The parasha for this week’s Sabbath is entitled Lech L’Cha which means “go forth yourself.”  It covers Genesis Chapters 12:1- 17:27.

In the previous chapters, we were provided with events that had taken place up until the time of Abram. From Chapter 12 on, Abram and his seed are almost entirely the only subjects of this sacred history of Genesis.

First, we have God’s call to Abram to go to the land of Canaan. Second, Abram’s obedience to the call, Third, Abram’s welcome in Canaan, fourth, his escape to Egypt, with an account of what happened to him there as well as Abram’s agreement with Sarai his wife, to tell the people of Egypt that she was his sister so that Abram may be treated well.

The ironic twist to the story came when Pharaoh wanted Abram’s wife, Sarai. The very words of Abram came back to haunt him, because Pharaoh did treat Abram very well because of his beautiful wife, Sarai.

For that reason, Abram became very wealthy, but this bound Abram to an obligation from which he was not able to deliver himself.

His scheme nearly lost him his wife, and without Sarai the promised blessing would have been doomed.

However, Adonai plagued Pharaoh and the residents of the Egyptian palace with serious diseases. Divine intervention alone would deliver Sarai unharmed from Pharaoh’s harem.

Pharaoh’s orders for Abram were to take his wife and go. This parallels God’s call to Abram, but Pharaoh’s words were said with dishonor. The Lord often uses our trials and failures to teach us valuable lessons.

The Scriptures says Abram came up out of Egypt. Today many backslidden believers should come back to the straight and narrow path that leads up to true spirituality.

In Chapter 13, we find Abram continuing his travels with Sarai and his nephew Lot. However, we soon have an unhappy falling out between Abram and Lot, who had been inseparable companions, but now must part ways.

Lot was walking in the flesh, Abram was in the Spirit. This always leads to conflict. Messiah is a divider; His presence brings conflict between people even of the same family. Lot departs from Abram to choose for himself the beautiful and lush plains of Sodom.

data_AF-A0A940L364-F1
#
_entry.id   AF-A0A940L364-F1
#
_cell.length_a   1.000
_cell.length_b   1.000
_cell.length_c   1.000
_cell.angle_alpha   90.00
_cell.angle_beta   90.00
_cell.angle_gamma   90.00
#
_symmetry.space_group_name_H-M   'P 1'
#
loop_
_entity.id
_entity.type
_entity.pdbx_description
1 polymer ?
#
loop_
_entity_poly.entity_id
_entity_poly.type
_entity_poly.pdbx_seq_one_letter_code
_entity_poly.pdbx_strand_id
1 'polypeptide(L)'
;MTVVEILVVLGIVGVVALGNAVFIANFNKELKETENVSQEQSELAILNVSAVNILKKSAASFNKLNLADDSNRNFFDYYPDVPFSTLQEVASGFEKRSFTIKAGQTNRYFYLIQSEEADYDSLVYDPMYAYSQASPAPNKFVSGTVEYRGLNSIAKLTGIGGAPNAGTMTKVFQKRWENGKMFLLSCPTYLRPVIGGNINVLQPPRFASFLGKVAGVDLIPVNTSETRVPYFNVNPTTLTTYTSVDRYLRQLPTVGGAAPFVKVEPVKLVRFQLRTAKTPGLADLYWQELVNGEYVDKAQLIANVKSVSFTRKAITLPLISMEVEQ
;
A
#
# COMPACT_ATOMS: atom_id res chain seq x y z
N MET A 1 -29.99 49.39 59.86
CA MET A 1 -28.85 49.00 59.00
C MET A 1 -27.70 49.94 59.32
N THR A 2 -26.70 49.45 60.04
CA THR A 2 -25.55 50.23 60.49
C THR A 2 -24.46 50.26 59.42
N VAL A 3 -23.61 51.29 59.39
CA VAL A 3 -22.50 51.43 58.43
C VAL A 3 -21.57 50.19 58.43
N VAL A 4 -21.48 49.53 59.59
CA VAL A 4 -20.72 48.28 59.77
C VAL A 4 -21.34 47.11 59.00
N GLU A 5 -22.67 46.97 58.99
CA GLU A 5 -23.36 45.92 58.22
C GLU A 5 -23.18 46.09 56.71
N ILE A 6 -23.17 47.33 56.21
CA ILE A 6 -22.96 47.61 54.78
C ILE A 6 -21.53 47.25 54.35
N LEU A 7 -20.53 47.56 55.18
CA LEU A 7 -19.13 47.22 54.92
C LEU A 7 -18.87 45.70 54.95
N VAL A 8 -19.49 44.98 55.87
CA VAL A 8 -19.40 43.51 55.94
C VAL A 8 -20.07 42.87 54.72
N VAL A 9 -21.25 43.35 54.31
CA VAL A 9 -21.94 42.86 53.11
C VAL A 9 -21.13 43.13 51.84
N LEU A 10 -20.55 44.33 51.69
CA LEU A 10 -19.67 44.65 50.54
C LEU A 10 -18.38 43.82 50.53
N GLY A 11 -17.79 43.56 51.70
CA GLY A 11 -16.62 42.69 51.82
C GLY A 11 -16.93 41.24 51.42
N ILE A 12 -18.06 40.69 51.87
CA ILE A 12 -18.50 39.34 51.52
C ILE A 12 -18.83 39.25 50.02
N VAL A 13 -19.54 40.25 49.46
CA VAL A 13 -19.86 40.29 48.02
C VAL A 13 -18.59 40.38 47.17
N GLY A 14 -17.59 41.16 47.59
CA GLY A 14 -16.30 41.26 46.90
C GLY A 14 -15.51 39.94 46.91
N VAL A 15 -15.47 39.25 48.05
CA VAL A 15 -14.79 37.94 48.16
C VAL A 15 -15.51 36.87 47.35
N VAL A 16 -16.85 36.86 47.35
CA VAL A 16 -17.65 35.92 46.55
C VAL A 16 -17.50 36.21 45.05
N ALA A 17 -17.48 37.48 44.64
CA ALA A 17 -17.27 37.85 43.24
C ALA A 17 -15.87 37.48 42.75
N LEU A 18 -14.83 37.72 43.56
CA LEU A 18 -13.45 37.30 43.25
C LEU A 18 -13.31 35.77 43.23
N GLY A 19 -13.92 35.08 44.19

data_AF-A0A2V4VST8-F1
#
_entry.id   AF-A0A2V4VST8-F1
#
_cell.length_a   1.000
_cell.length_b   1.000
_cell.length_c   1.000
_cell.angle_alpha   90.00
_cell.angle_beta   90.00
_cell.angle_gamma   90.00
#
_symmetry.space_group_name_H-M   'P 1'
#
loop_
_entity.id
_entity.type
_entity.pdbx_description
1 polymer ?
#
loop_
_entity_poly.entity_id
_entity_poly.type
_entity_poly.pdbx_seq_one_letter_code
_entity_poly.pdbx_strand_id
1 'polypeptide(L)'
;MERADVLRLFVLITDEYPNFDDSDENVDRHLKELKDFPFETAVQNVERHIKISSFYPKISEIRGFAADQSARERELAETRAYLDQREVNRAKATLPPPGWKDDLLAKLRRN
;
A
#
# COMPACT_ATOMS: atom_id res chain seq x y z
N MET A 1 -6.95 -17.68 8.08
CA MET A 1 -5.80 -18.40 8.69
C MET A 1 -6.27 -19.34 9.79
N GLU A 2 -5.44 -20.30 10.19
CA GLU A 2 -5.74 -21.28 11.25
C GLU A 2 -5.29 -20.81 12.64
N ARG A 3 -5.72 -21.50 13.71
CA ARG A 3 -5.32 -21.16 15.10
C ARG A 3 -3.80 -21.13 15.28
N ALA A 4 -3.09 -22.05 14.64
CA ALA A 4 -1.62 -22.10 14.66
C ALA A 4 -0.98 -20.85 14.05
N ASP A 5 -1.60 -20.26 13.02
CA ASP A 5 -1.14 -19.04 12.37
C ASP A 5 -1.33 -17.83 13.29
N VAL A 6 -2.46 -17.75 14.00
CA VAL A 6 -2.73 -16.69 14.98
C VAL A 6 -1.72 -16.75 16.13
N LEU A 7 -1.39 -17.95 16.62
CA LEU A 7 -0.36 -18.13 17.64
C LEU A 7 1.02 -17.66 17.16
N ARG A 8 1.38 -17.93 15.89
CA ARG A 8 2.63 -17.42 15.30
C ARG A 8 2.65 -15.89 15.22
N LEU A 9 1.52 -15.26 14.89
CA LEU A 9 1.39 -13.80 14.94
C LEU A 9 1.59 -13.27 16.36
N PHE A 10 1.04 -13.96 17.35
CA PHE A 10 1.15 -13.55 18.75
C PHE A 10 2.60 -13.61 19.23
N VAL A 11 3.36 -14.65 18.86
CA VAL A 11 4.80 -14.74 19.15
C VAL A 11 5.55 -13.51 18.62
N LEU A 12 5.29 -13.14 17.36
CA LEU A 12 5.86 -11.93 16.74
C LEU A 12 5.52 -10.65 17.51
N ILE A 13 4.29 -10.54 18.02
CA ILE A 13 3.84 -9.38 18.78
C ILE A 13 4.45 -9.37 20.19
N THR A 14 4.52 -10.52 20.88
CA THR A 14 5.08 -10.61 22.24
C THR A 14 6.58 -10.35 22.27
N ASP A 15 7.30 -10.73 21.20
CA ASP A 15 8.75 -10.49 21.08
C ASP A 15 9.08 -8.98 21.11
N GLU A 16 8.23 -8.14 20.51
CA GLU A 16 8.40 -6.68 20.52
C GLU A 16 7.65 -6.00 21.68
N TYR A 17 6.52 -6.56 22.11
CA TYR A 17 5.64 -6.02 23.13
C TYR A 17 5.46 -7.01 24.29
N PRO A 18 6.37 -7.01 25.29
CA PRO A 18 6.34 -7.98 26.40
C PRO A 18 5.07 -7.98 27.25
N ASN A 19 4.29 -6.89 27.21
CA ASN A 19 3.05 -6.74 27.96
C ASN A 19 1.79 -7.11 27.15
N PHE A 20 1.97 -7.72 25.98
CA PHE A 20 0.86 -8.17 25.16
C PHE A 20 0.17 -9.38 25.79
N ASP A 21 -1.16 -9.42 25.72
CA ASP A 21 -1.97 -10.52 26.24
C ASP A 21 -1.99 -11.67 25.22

How much better was the patriarch in a barren land, with God as his portion, than Lot in all the fruitfulness of Sodom?

Observe, Abram is seen in direct contrast to Lot in every way. Lot chose for himself. God chose for Abram. Lot chose by sight; by faith, Abram chose not to choose; Lot, having chosen, obtained, and yet did not possess.

Abram, trusting God, received from Him the title deeds to all the land, even including that which Lot had chosen for himself.

Abram moved his tent and came and dwelt by the oaks of Mamre, which are in Hebron, and there he built an altar and worship the three in one God.

In Chapter 14, we are told about four things:  War with the king of Sodom and his allies, the captivity of Lot in that war, Abram’s rescue of Lot from that captivity and the victory Abram obtained over the defeated.

A very special occurrence happened during Abram’s return from the expedition, when he met Melchizedek, the king of Salem and Priest of the Most High God.  Abram is refreshed and blessed by him after the battle.

In the account between Abram and the king of Salem, we have a partial fulfillment of God’s great promise to Abram to make his name great.

Now, in chapter 15, Abram has an encounter with a third Sovereign. The Sovereign of sovereigns, Adonai, has come to visit Abram.

This visit, recorded in Gen 15, was the most encouraging of the three encounters with the kings it gave Abram confirmation of the promises about the seed and the soil, the soil being the land of Canaan, which was promised to Abram in Chapter 12, and the seed meaning Abram’s offspring who would dwell in the land that was promised by God.

Chapter 16 contains the darkest blot in the life of Abram. It was a scheme to get the promised son, but only through their own fleshly and carnal efforts.

This sinful scheme still creates problems today. A good deal of the conflict in the Middle East is a result of the scheme which is recorded in this chapter.

With Abram agreeing to follow Sarai’s plan and sleep with her handmaiden, Hagar, thereby resulting in the birth of Ishmael, Hagar was one of those maid-servants whom the king of Egypt, among other gifts, had bestowed upon Abram. A human decision took the place of waiting on God.

There are thirteen years of silence between Ishmael’s birth and the events in the rest of this chapter.   God knew that it would take time for Abram and Sarai to die to self so that His resurrection power might be displayed in their lives.

Only the grace of God could take two idol-worshipping heathens and make godly kings and queens out of them

God changes Abram’s name to Abraham, “father of multitudes,” and Sarai’s to Sarah “Princess”; their new names were in preparation for the new blessing about to enter their home.

When Adonai told Abraham that he would have a child with his wife, Sarah in their old age, Abraham’s laughter, in Chapter 17, was that of joyful faith; but when that same promise was reiterated to Sarah, in Chapter 18, her laughter was that of disbelief. “Isaac” means “laughter.”

God rejects Ishmael and establishes His covenant with Isaac and his seed; however, in grace, Adonai provides a special blessing for Ishmael.

In closing, we too have a choice in our lives to “go forth.”  Do we go forth, down to Egypt, and live morally corrupt lives, or do we set forth for the promised land, keeping our hearts and minds focused, not on the kings of this world, like money, power or fame, but on the Sovereign of sovereigns, Adonai, and His Precious Son, our Messiah,

and the spiritual blessings of a life lived through the same faith that delivered the birth of Isaac to Abraham and Sarah even in their very old age?